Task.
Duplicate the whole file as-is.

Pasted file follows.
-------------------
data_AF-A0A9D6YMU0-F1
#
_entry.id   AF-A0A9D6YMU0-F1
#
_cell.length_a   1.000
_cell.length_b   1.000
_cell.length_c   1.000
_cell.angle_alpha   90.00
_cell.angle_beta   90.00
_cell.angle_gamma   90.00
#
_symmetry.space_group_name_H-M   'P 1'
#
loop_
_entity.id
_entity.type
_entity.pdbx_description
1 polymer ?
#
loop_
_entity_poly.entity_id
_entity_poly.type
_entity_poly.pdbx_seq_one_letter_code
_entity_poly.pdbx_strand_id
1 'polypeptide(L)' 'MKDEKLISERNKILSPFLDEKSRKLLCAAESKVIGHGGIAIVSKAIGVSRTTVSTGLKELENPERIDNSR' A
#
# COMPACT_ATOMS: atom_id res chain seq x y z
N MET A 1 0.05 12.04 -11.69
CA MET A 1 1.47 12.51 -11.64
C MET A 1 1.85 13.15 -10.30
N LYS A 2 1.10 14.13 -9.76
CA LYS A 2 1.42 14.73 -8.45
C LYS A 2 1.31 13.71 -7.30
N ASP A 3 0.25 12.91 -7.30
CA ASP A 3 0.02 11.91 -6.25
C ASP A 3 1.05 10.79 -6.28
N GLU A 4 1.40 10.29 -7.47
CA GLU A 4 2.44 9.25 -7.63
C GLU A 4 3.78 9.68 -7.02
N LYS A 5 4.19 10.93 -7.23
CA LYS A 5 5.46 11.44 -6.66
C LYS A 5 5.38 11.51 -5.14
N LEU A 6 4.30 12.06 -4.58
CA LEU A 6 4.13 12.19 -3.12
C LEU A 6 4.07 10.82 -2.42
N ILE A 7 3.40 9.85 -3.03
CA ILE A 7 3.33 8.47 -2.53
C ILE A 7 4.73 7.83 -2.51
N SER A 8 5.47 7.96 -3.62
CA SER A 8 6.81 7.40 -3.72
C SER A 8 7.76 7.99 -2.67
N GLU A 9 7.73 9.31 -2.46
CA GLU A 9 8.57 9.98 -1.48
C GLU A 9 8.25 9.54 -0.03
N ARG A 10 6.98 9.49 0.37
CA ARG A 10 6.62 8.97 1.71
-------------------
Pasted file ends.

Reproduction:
data_AF-A0A9D6YMU0-F1
#
_entry.id   AF-A0A9D6YMU0-F1
#
_cell.length_a   1.000
_cell.length_b   1.000
_cell.length_c   1.000
_cell.angle_alpha   90.00
_cell.angle_beta   90.00
_cell.angle_gamma   90.00
#
_symmetry.space_group_name_H-M   'P 1'
#
loop_
_entity.id
_entity.type
_entity.pdbx_description
1 polymer ?
#
loop_
_entity_poly.entity_id
_entity_poly.type
_entity_poly.pdbx_seq_one_letter_code
_entity_poly.pdbx_strand_id
1 'polypeptide(L)' 'MKDEKLISERNKILSPFLDEKSRKLLCAAESKVIGHGGIAIVSKAIGVSRTTVSTGLKELENPERIDNSR' A
#
# COMPACT_ATOMS: atom_id res chain seq x y z
N MET A 1 0.05 12.04 -11.69
CA MET A 1 1.47 12.51 -11.64
C MET A 1 1.85 13.15 -10.30
N LYS A 2 1.10 14.13 -9.76
CA LYS A 2 1.42 14.73 -8.45
C LYS A 2 1.31 13.71 -7.30
N ASP A 3 0.25 12.91 -7.30
CA ASP A 3 0.02 11.91 -6.25
C ASP A 3 1.05 10.79 -6.28
N GLU A 4 1.40 10.29 -7.47
CA GLU A 4 2.44 9.25 -7.63
C GLU A 4 3.78 9.68 -7.02
N LYS A 5 4.19 10.93 -7.23
CA LYS A 5 5.46 11.44 -6.66
C LYS A 5 5.38 11.51 -5.14
N LEU A 6 4.30 12.06 -4.58
CA LEU A 6 4.13 12.19 -3.12
C LEU A 6 4.07 10.82 -2.42
N ILE A 7 3.40 9.85 -3.03
CA ILE A 7 3.33 8.47 -2.53
C ILE A 7 4.73 7.83 -2.51
N SER A 8 5.47 7.96 -3.62
CA SER A 8 6.81 7.40 -3.72
C SER A 8 7.76 7.99 -2.67
N GLU A 9 7.73 9.31 -2.46
CA GLU A 9 8.57 9.98 -1.48
C GLU A 9 8.25 9.54 -0.03
N ARG A 10 6.98 9.49 0.37
CA ARG A 10 6.62 8.97 1.71